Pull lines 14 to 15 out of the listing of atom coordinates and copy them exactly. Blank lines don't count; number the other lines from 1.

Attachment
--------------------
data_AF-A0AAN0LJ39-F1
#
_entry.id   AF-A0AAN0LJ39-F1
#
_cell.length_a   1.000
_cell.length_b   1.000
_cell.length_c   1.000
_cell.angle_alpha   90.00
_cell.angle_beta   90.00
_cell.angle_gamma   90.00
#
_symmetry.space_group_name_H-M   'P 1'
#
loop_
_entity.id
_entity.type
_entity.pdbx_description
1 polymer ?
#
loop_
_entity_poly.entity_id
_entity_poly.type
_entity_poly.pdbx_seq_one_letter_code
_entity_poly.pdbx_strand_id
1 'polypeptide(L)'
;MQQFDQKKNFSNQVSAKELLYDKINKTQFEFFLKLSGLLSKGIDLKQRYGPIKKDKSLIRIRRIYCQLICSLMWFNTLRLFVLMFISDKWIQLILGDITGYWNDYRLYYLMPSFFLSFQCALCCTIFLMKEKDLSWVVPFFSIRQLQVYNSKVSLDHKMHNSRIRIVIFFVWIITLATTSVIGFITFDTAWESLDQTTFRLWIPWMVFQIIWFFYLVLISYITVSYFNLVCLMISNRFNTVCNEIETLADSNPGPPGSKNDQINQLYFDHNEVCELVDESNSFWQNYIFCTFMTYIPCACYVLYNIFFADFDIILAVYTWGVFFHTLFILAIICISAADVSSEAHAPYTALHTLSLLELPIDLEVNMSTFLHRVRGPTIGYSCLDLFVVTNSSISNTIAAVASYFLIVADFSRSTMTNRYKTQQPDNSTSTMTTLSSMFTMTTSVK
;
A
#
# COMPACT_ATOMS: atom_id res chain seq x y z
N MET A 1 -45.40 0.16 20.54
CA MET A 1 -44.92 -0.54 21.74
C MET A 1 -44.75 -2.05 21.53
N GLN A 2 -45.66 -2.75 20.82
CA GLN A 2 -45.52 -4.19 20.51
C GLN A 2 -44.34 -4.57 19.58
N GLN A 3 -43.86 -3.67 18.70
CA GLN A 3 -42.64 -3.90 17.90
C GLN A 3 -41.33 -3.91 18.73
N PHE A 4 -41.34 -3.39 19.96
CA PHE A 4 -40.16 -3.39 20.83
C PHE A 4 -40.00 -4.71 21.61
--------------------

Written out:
loop_
_entity.id